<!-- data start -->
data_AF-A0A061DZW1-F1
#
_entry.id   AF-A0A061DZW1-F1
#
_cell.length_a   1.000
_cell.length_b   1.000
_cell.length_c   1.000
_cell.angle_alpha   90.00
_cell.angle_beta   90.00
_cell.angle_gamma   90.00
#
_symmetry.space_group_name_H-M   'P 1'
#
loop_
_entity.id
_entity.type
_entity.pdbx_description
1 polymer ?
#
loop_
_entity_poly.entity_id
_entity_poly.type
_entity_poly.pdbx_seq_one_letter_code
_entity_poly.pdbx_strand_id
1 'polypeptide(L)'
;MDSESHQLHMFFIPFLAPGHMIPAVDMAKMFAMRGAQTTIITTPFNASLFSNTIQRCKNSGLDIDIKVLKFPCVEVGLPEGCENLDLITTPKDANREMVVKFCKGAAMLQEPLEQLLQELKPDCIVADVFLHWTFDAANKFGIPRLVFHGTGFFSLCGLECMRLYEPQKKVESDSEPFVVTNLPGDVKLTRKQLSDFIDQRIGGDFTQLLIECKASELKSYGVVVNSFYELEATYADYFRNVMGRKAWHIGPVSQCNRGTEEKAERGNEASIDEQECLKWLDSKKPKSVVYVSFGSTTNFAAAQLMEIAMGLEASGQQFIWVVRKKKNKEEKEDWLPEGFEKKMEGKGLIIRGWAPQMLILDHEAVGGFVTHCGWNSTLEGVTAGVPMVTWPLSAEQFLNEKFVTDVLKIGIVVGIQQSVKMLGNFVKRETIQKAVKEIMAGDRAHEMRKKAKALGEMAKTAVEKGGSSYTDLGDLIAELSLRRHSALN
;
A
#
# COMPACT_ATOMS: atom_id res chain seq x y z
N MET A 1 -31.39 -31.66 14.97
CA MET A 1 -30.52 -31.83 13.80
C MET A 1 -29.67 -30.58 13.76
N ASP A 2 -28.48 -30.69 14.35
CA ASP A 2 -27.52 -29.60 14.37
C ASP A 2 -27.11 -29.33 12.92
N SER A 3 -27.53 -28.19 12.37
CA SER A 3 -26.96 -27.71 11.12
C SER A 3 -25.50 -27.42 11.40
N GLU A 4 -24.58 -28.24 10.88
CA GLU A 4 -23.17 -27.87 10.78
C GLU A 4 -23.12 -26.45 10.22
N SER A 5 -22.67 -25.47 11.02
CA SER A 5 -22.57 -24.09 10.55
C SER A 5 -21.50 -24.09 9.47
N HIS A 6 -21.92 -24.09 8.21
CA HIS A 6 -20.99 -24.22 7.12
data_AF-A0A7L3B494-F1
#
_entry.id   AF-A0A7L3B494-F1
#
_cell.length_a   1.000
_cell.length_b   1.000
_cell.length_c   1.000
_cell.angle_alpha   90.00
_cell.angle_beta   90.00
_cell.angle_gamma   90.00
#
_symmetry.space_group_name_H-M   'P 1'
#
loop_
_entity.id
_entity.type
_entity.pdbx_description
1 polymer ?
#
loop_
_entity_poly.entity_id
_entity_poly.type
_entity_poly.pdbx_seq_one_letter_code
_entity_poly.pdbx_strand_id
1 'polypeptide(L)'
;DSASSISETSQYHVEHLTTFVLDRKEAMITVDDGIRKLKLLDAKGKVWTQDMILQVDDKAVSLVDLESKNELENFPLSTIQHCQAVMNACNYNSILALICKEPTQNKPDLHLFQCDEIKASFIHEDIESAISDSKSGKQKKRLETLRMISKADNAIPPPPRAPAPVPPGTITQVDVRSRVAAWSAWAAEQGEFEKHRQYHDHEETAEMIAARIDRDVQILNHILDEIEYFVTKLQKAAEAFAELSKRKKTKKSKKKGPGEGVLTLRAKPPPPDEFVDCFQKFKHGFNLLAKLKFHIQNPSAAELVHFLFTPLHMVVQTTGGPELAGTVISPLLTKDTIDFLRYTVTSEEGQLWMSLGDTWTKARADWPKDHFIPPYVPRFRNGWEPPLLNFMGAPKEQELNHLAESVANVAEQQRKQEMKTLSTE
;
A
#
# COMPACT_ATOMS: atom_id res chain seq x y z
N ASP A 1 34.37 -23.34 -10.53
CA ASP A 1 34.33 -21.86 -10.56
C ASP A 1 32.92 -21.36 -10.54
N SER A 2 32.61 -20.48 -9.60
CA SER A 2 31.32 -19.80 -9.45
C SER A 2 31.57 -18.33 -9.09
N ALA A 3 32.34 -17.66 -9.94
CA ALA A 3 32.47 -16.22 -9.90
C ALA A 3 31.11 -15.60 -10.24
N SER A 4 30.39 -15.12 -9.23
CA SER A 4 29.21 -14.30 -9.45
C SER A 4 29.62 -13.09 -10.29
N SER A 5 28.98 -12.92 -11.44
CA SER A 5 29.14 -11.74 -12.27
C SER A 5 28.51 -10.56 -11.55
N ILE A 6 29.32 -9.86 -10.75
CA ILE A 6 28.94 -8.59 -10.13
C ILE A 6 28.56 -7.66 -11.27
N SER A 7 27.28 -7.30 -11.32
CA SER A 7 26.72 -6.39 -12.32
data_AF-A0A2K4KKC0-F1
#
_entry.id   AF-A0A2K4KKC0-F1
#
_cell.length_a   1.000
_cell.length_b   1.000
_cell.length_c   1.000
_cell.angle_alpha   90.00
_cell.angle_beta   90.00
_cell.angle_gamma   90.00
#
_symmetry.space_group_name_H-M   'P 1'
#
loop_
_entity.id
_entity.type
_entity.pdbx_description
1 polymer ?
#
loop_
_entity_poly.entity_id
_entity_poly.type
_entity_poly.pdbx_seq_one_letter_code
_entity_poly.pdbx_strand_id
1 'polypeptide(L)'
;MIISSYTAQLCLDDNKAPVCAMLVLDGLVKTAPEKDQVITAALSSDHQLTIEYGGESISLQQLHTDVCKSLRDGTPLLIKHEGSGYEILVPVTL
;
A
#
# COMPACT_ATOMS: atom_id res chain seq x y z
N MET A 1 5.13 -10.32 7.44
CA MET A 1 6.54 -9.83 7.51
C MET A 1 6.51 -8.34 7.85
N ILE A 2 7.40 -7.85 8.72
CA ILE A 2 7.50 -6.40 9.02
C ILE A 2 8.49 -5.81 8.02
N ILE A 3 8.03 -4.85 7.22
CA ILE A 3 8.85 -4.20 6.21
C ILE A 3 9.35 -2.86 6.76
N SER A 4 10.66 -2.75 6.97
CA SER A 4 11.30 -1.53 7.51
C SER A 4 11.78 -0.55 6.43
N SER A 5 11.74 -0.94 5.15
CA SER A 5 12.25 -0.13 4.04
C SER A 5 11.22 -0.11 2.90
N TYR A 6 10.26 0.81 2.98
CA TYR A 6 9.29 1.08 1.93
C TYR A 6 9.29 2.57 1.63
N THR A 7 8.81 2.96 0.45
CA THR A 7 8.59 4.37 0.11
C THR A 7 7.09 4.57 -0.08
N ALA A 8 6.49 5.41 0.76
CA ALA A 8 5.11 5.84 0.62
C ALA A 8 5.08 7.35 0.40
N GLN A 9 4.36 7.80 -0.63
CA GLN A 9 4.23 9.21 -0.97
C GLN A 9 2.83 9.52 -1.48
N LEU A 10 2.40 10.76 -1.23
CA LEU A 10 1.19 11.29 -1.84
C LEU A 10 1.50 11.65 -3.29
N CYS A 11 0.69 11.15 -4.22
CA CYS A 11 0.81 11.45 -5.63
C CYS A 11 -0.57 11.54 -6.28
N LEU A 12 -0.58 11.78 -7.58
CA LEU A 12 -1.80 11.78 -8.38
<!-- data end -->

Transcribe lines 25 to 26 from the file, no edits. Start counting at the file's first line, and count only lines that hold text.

1 'polypeptide(L)'
;MDSESHQLHMFFIPFLAPGHMIPAVDMAKMFAMRGAQTTIITTPFNASLFSNTIQRCKNSGLDIDIKVLKFPCVEVGLPEGCENLDLITTPKDANREMVVKFCKGAAMLQEPLEQLLQELKPDCIVADVFLHWTFDAANKFGIPRLVFHGTGFFSLCGLECMRLYEPQKKVESDSEPFVVTNLPGDVKLTRKQLSDFIDQRIGGDFTQLLIECKASELKSYGVVVNSFYELEATYADYFRNVMGRKAWHIGPVSQCNRGTEEKAERGNEASIDEQECLKWLDSKKPKSVVYVSFGSTTNFAAAQLMEIAMGLEASGQQFIWVVRKKKNKEEKEDWLPEGFEKKMEGKGLIIRGWAPQMLILDHEAVGGFVTHCGWNSTLEGVTAGVPMVTWPLSAEQFLNEKFVTDVLKIGIVVGIQQSVKMLGNFVKRETIQKAVKEIMAGDRAHEMRKKAKALGEMAKTAVEKGGSSYTDLGDLIAELSLRRHSALN